In 2007, researchers at Massachusetts General Hospital developed a “microfluidic chip” called CellSearch that made it possible to count stray cancer cells that had detached from the main tumor, becoming “circulating tumor cells.” (CTCs, sounds like cancer cells going clubbing.)
Yesterday, Mass General announced that it was going to build on this work with Veridex LLC, a division of Johnson & Johnson. It plans to develop a chip that not only counts CTCs, but actually traps and analyzes them. The new microchip will be coated with tens of thousands of teeny posts covered in antibodies designed to stick to tumor cells. Think of it as a very tiny roach motel for cancer cells.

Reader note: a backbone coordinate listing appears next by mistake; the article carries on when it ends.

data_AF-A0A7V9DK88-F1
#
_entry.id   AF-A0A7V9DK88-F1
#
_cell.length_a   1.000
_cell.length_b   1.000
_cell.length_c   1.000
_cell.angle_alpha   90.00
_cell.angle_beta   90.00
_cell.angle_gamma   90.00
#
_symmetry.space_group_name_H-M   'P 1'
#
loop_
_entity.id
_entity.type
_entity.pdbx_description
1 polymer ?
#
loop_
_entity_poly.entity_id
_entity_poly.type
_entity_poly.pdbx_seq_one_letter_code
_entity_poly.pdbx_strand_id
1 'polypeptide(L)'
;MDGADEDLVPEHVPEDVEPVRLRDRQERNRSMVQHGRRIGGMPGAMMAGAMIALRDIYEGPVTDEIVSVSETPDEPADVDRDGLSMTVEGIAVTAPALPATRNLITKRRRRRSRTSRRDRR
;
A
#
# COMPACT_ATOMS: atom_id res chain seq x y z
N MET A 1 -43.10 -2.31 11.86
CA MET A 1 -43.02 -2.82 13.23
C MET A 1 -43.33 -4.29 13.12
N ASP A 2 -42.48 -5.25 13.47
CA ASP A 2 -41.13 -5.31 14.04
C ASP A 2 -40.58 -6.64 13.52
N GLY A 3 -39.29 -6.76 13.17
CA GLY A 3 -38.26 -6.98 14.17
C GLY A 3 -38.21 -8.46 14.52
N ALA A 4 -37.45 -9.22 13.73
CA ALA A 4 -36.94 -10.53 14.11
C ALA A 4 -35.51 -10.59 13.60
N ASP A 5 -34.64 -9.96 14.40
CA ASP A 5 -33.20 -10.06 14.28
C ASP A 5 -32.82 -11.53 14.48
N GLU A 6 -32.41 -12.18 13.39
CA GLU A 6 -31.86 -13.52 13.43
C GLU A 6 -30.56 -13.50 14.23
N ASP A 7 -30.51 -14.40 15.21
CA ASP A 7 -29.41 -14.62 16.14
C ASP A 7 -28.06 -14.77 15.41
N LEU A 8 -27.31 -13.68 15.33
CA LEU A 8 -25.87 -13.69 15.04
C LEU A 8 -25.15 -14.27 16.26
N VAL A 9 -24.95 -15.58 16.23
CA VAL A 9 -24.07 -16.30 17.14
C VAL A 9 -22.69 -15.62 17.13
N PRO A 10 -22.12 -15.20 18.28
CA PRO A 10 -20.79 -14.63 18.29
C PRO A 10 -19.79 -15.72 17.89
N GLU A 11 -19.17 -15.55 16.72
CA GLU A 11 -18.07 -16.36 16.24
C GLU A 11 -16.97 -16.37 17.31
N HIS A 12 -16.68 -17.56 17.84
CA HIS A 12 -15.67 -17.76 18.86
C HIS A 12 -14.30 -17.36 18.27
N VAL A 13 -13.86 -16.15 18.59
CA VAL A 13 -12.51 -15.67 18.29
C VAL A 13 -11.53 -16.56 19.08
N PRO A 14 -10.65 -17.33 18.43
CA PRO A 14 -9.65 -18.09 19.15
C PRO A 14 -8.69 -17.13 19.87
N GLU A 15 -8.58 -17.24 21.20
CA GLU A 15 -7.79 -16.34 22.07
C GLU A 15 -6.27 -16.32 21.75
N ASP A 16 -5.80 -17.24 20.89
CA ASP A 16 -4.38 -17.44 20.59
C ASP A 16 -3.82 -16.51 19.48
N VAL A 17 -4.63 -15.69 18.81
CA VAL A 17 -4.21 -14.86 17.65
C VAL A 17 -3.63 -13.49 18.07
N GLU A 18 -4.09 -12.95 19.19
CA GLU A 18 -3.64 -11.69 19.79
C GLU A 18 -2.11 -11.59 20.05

Someday, this work may make it possible to do a “liquid biopsy,” isolating cancer cells on the move, figuring out where they’re going, how they may be evolving, and what treatments might work best to stop them.
Obviously, this isn’t going to happen tomorrow. But giving up two teaspoons of blood for cancer diagnostic purposes sure sounds a lot better than a core biopsy, better than a fine needle biopsy, better than exploratory surgery. It sounds great, in fact.